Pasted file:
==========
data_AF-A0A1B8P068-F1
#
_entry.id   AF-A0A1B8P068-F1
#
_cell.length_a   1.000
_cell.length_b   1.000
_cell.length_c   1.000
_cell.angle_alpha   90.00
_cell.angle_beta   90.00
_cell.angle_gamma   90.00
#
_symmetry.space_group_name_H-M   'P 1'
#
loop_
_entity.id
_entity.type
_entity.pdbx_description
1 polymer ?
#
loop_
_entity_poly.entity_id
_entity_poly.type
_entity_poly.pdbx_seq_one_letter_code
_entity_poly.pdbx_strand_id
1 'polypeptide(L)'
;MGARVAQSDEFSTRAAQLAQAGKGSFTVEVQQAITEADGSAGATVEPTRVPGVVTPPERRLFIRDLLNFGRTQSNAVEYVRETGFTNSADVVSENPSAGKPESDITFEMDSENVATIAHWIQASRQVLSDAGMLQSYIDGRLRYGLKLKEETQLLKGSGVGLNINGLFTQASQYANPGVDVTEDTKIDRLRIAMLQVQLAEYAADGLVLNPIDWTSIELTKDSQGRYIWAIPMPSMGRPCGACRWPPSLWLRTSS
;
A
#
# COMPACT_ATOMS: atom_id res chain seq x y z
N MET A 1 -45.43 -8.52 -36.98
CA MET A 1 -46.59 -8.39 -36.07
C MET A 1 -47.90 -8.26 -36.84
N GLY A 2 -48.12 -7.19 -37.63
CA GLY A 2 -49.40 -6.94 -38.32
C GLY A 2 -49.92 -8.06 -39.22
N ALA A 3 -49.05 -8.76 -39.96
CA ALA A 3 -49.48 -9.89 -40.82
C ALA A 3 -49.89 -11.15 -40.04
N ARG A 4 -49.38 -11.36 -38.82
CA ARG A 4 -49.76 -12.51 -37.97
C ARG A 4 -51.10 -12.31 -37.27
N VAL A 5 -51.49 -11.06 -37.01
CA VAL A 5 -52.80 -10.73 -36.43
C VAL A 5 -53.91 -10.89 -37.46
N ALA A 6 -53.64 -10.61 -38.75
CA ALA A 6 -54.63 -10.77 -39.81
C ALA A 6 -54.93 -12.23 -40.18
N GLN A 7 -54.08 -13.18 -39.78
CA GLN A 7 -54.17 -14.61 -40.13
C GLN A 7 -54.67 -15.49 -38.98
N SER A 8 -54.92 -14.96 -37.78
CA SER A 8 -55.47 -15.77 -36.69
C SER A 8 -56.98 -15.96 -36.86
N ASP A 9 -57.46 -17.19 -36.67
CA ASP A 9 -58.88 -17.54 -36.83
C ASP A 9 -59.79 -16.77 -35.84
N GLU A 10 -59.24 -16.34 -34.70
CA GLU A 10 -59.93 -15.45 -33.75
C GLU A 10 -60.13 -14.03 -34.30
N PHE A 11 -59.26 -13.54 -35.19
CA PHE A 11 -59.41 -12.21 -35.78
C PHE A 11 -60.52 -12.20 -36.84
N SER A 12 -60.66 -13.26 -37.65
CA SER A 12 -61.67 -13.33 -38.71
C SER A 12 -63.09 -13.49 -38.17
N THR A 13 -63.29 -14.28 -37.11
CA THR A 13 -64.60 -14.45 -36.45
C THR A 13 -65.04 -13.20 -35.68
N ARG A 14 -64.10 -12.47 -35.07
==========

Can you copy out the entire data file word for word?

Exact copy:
data_AF-A0A1B8P068-F1
#
_entry.id   AF-A0A1B8P068-F1
#
_cell.length_a   1.000
_cell.length_b   1.000
_cell.length_c   1.000
_cell.angle_alpha   90.00
_cell.angle_beta   90.00
_cell.angle_gamma   90.00
#
_symmetry.space_group_name_H-M   'P 1'
#
loop_
_entity.id
_entity.type
_entity.pdbx_description
1 polymer ?
#
loop_
_entity_poly.entity_id
_entity_poly.type
_entity_poly.pdbx_seq_one_letter_code
_entity_poly.pdbx_strand_id
1 'polypeptide(L)'
;MGARVAQSDEFSTRAAQLAQAGKGSFTVEVQQAITEADGSAGATVEPTRVPGVVTPPERRLFIRDLLNFGRTQSNAVEYVRETGFTNSADVVSENPSAGKPESDITFEMDSENVATIAHWIQASRQVLSDAGMLQSYIDGRLRYGLKLKEETQLLKGSGVGLNINGLFTQASQYANPGVDVTEDTKIDRLRIAMLQVQLAEYAADGLVLNPIDWTSIELTKDSQGRYIWAIPMPSMGRPCGACRWPPSLWLRTSS
;
A
#
# COMPACT_ATOMS: atom_id res chain seq x y z
N MET A 1 -45.43 -8.52 -36.98
CA MET A 1 -46.59 -8.39 -36.07
C MET A 1 -47.90 -8.26 -36.84
N GLY A 2 -48.12 -7.19 -37.63
CA GLY A 2 -49.40 -6.94 -38.32
C GLY A 2 -49.92 -8.06 -39.22
N ALA A 3 -49.05 -8.76 -39.96
CA ALA A 3 -49.48 -9.89 -40.82
C ALA A 3 -49.89 -11.15 -40.04
N ARG A 4 -49.38 -11.36 -38.82
CA ARG A 4 -49.76 -12.51 -37.97
C ARG A 4 -51.10 -12.31 -37.27
N VAL A 5 -51.49 -11.06 -37.01
CA VAL A 5 -52.80 -10.73 -36.43
C VAL A 5 -53.91 -10.89 -37.46
N ALA A 6 -53.64 -10.61 -38.75
CA ALA A 6 -54.63 -10.77 -39.81
C ALA A 6 -54.93 -12.23 -40.18
N GLN A 7 -54.08 -13.18 -39.78
CA GLN A 7 -54.17 -14.61 -40.13
C GLN A 7 -54.67 -15.49 -38.98
N SER A 8 -54.92 -14.96 -37.78
CA SER A 8 -55.47 -15.77 -36.69
C SER A 8 -56.98 -15.96 -36.86
N ASP A 9 -57.46 -17.19 -36.67
CA ASP A 9 -58.88 -17.54 -36.83
C ASP A 9 -59.79 -16.77 -35.84
N GLU A 10 -59.24 -16.34 -34.70
CA GLU A 10 -59.93 -15.45 -33.75
C GLU A 10 -60.13 -14.03 -34.30
N PHE A 11 -59.26 -13.54 -35.19
CA PHE A 11 -59.41 -12.21 -35.78
C PHE A 11 -60.52 -12.20 -36.84
N SER A 12 -60.66 -13.26 -37.65
CA SER A 12 -61.67 -13.33 -38.71
C SER A 12 -63.09 -13.49 -38.17
N THR A 13 -63.29 -14.28 -37.11
CA THR A 13 -64.60 -14.45 -36.45
C THR A 13 -65.04 -13.20 -35.68
N ARG A 14 -64.10 -12.47 -35.07